An emotional Doc Rivers made his first return to Boston on Wednesday, leading the Los Angeles Clippers to a 96-88 victory at the TD Garden. But on a night filled with so much sentiment, it was hard to deny that from a purely rational perspective, Doc's departure from the Boston Celtics wound up helping all parties involved.
It was the rare breakup that wasn't amicable when it happened but resulted in everyone ending up better off.
The benefits of Doc's decision are obvious for the Clippers. They won the game, have the better overall team, and get to enjoy the kind of capable leadership that they've needed for years. Rivers has Los Angeles playing excellent offense, which isn't particularly new or unexpected from a team that features Chris Paul at the helm.
What's more impressive is the way Rivers has fashioned the Clippers into a respectable defensive outfit. The roster doesn't boast a bona fide anchor in the middle like Kevin Garnett was for the Celtics, but Los Angeles currently ranks ninth in the league in defensive rating.
And lately, Rivers seems to have really gotten the defensive message across to his team; L.A. has held its last four opponents to no more than 88 points. That's an impressive achievement, especially considering that Rivers is dealing with a collection of talent so different from the group he coached in Boston.
L.A. held the Celtics to 88 points and managed to limit them to just 24 in the paint, despite playing with Blake Griffin at center down the stretch. The recent defensive surge, which was on full display against Boston, is a real testament to Rivers' versatility.
Ultimately, it's hard to talk about Rivers and Los Angeles' success without giving credit to Paul, who had 22 points, nine assists and seven rebounds to lead the Clippers Wednesday night. He's having one of his best seasons under Rivers, and appears to appreciate a coach who does more than roll the ball out and stand awkwardly on the sidelines. (Consider that the requisite shot at Vinny Del Negro. It had to happen.)
Overall, the Clippers are much better off for having Rivers on the bench. In a more surprising turn of events, the Celtics are also in a better place because of the changes that took place after Doc skipped town.
They're certainly not the perennial contenders they were as a veteran group the past handful of years. But Boston now has Brad Stevens running the show which, on its own, appears to be the kind of addition that will make Boston a power player for a very long time.
For what it's worth, Stevens has Rivers' endorsement:
The first-year head coach has his rag-tag bunch playing intelligently. Stevens is getting creative with lineups and roles in a way that Rivers never did. Against the Clips, many of Stevens' successful outside-the-box tweaks were on full display.
Avery Bradley, miscast as a ball-handler in the Celtics' old regime, played almost exclusively off the ball. That's a change Stevens made a few weeks ago, and it has freed up the fourth-year guard to defend like a maniac while taking on much simpler responsibilities on the offensive end.
Jared Sullinger attempted three shots from beyond the arc, another imaginative wrinkle of Stevens'. Sully has now attempted 60 triples in just 22 games after trying only five all of last year.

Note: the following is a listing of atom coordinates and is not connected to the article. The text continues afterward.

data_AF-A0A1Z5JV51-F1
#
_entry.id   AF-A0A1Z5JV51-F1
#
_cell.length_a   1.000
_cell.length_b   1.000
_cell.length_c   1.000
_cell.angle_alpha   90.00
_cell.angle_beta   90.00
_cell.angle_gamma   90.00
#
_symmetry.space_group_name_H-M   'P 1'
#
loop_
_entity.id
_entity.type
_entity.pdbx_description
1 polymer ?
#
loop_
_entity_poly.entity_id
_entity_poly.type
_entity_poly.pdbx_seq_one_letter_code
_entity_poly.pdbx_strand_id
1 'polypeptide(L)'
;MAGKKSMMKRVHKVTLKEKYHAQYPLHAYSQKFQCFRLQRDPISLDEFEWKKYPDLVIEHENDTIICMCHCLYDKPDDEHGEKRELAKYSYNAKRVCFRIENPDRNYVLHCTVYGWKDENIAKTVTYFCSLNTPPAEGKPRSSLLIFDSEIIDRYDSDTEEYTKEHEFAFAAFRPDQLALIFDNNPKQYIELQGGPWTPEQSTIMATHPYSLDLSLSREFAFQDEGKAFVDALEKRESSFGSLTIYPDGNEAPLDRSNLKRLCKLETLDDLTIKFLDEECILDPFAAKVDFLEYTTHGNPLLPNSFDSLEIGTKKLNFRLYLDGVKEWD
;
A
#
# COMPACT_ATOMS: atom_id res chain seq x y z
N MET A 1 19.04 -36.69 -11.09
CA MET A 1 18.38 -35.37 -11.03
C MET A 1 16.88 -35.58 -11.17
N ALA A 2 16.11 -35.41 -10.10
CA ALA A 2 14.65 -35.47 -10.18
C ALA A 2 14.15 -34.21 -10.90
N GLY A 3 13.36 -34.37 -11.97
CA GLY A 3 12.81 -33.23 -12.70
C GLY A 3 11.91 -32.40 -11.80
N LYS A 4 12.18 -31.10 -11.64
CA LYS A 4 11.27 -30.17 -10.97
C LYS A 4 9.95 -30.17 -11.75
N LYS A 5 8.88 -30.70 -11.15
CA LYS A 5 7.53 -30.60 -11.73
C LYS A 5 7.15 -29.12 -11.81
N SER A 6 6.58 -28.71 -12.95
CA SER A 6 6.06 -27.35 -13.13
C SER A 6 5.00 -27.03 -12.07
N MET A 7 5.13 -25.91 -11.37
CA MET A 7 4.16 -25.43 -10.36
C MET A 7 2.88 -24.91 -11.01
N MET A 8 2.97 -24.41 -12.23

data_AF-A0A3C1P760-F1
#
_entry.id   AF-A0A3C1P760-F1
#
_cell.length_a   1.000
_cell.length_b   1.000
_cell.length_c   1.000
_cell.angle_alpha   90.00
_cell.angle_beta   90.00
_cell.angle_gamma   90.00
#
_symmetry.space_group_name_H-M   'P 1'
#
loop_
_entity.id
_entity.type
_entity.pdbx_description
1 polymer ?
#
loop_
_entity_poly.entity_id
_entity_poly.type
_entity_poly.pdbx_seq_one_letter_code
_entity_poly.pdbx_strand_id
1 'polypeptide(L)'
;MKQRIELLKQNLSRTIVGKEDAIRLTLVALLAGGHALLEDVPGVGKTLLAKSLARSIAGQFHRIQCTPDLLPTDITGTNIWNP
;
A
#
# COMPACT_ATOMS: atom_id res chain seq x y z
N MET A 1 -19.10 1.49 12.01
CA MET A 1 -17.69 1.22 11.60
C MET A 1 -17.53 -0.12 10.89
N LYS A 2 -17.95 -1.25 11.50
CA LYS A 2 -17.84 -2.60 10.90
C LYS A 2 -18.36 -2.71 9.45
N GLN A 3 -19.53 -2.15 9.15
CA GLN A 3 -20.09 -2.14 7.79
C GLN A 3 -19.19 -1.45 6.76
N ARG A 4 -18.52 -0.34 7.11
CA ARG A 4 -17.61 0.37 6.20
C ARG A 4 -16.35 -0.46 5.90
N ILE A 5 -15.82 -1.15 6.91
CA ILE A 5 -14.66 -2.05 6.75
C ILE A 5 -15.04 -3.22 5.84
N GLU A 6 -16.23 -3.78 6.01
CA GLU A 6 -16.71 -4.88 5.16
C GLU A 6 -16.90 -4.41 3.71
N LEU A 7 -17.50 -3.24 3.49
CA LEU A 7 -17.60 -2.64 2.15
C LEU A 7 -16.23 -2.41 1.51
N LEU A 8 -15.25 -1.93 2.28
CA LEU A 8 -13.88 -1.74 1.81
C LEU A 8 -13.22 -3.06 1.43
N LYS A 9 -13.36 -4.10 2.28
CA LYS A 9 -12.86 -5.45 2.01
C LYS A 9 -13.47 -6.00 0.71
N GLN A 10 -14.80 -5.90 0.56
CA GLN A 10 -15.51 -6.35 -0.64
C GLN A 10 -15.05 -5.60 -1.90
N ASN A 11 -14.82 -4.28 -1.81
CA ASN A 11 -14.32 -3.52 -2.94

Perhaps most incredibly, Stevens has Jordan Crawford (yes, that Jordan Crawford) playing point guard effectively. Crawford had 20 points, nine assists and five rebounds and was the team's clear leader in a game that was close from wire to wire.
Jeff Green (29 points on Wednesday) is having his best statistical season, Vitor Faverani and Kelly Olynyk have shown promise, and Brandon Bass is rebounding better than he ever has. You can cite small sample sizes, the desire of players to showcase themselves for potential trades or any number of other potential motivations.
But it's also possible that Stevens has simply figured out how to best utilize the young talent at his disposal.
You might argue that Rivers would have gotten similar results, but the fact is he wouldn't have ever been the coach of a roster like this. His departure allowed the Celtics to start the new era Stevens is leading them into.
The timing—if not the execution—of Doc's exit was perfect. Especially now that we've seen how Garnett and Paul Pierce look in their new digs. By leaving when he did, Rivers prompted the Celtics to look toward the future at exactly the right time. The new age had to start, and it couldn't have begun as long as Rivers was on the sideline.
The knowledge that everything turned out for the best didn't make Rivers any less sentimental in his postgame press conference.
Much of his emotion derived from the good memories he had with the Celtics. Great professional success makes him beloved in Boston, despite his somewhat messy exit to L.A. At the same time, Rivers might have also been overcome upon realizing that the team he left behind simply doesn't exist anymore.
The Celtics he knew were full of crusty veterans and battle-tested pros. That version of the team has been wiped off the map. What he saw on Boston's bench didn't look anything like what he remembered.
So maybe he wept for the extinction of his old team.
But that team didn't really die. Instead, it's in the process of being reborn, of evolving into something it could never have become with him around. The Celtics are changing course. They're embracing analytics more than ever, handing the reins over to a fresh thinker and starting anew.
Doc's departure helped make the Clippers into the fringe contender his Celtics used to be, while also allowing his former club to turn the page at the perfect moment.
I'd call that a win-win situation.
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